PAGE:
17 Jun 2013
First, don’t crap yourselves with amazement. This is not one of those “Oh my god, he’s so amazing, and I love him so much, and our love is amazing, and our life is amazing, and I would just do it all over again in a heartbeat, if I could–because of all the amazingness! And the love! Not to mention the amazing love!” posts. I mean he is, and I do, and I would, but I don’t talk about my feelings all over the internet, not unless those feelings are snarky and mean. For all you know, I don’t even have other feelings…
No, this post is about hindsight and sometimes wishing just a little, just maybe, you could do something over–not because you didn’t do it well the first time and not because it would really, truly change anything, but simply because you feel that given the opportunity, you could do it better. You guys–I want a wedding do-over.
Yep, that’s me on my big day–still technically unmarried, in case you care. Now, don’t get me wrong: Our wedding was fine. All of the VIPs were there, the food was fantastic (even if our uncles/caterers were practically not speaking to us by the time it was over), the music was sensational, and most importantly, we got married. Here we are, almost 9 years later, still married, husband and wife, Stoppel and Webster, partners through all of it until one of us kicks it. Our wedding was fine; it was. However, I was one of the first of my friends to get married. In fact, the only person I’m close to who beat me to the alter is my friend Julie, and she got married a whopping two weeks before I did, so it’s not like I could look at what she’d done and take notes. (Actually, it was probably more like, “Don’t use the same favors as me, or I will cut you, b****!” I kid, I kid, but there probably was a bit of competition, on both sides.)
Now that I’ve had the opportunity to attend several dozen other weddings, there’s just so much that I would do differently. I’d have someone around who would tell me not to sit down in my dress before the ceremony and pictures. (So, so many lap-wrinkles, and we know how I feel about lap-wrinkles, don’t we, Kendra and Miranda?) I would have shelled out the money for a really, really good photographer. I would have worried more about what we wanted in the ceremony and less about what I thought other people expected from the ceremony. I would have had a freaking open bar. Sigh.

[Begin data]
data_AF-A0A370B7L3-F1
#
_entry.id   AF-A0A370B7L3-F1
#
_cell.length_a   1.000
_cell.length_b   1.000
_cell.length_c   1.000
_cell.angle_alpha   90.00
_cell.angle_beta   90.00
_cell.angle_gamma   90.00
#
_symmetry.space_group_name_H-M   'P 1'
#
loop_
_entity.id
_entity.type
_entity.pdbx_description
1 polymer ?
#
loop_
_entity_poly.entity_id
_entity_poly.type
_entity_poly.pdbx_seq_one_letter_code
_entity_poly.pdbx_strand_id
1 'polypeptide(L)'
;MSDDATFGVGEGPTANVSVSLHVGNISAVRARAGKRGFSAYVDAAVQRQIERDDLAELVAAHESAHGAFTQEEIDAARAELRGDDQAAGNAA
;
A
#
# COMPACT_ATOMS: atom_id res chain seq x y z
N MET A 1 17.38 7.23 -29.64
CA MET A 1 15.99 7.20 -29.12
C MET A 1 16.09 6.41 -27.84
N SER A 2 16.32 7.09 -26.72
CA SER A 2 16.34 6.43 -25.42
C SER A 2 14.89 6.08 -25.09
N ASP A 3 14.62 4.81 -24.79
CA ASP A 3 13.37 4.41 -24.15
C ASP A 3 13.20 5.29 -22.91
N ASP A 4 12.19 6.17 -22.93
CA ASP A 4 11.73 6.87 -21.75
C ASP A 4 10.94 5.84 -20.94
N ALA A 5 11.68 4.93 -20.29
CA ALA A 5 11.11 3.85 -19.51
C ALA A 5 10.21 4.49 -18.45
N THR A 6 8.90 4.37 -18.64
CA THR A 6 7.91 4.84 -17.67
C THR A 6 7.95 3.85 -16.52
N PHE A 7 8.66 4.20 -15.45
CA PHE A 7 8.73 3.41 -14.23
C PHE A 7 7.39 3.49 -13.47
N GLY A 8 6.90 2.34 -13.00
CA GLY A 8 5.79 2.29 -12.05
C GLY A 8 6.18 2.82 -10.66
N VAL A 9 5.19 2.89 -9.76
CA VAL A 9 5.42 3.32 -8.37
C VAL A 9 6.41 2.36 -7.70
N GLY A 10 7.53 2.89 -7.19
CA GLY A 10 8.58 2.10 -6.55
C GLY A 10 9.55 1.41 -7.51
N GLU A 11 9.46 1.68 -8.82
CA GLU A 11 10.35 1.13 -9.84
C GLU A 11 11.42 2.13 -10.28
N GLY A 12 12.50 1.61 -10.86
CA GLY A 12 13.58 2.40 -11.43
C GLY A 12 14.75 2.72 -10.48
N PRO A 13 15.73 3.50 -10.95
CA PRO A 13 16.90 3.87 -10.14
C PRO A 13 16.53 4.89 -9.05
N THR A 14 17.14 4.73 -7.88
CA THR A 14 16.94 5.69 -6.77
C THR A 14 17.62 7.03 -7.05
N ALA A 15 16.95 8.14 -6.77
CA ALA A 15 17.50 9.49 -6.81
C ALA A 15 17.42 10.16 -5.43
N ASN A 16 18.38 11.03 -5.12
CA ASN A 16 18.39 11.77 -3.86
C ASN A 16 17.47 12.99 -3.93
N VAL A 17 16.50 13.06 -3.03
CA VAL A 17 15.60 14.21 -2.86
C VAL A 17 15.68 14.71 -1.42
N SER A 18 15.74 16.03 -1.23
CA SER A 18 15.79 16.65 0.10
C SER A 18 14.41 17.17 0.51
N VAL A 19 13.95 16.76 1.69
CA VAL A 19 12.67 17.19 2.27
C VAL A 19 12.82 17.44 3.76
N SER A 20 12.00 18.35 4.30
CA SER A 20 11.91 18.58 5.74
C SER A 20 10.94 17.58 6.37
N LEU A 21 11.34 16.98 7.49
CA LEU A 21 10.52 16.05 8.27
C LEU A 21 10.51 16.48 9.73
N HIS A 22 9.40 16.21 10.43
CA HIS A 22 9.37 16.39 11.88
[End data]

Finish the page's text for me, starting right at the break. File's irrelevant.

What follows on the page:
Mostly, I just feel like 31-year-old me has much better taste and judgment than 22-year-old me. Which, yes, is as it should be, but I also feel that given enough time (did I mention that I was trying to graduate college, write an honor’s thesis [about Faulkner, no less], find a job, and maintain a long distance relationship while planning my wedding?) and a decent budget, I could turn out a hell of a “to-do” now, and when I go to all of these lovely weddings, it makes me sort of sad. I just get a little misty for the wedding that might have been, had I had even the tiniest shred of an idea of what I was doing.
So, next year, when Jon and I hit the big 1-0, yes, we’re going away for a week, but we’re also going to have new wedding pictures taken. It’ll just be the two of us, not the whole wedding party (I’m not going to make five other women try to fit into a dress they wore 10 years ago, just myself), but we’re going to do it right. Who knows, maybe by our 20th, I’ll be able to put together a nice, intimate, classy, boozy* vow-renewal, but until then, while it is decidedly materialistic, I’m reserving the right to be envious at all other weddings, if only for the perfect floral arrangements and a bustle that doesn’t break.
* In my mind, “classy” and “boozy” are not mutually exclusive. Yes, Mom, I can hear your voice in my head, but La, La, La, La…I can’t hear you.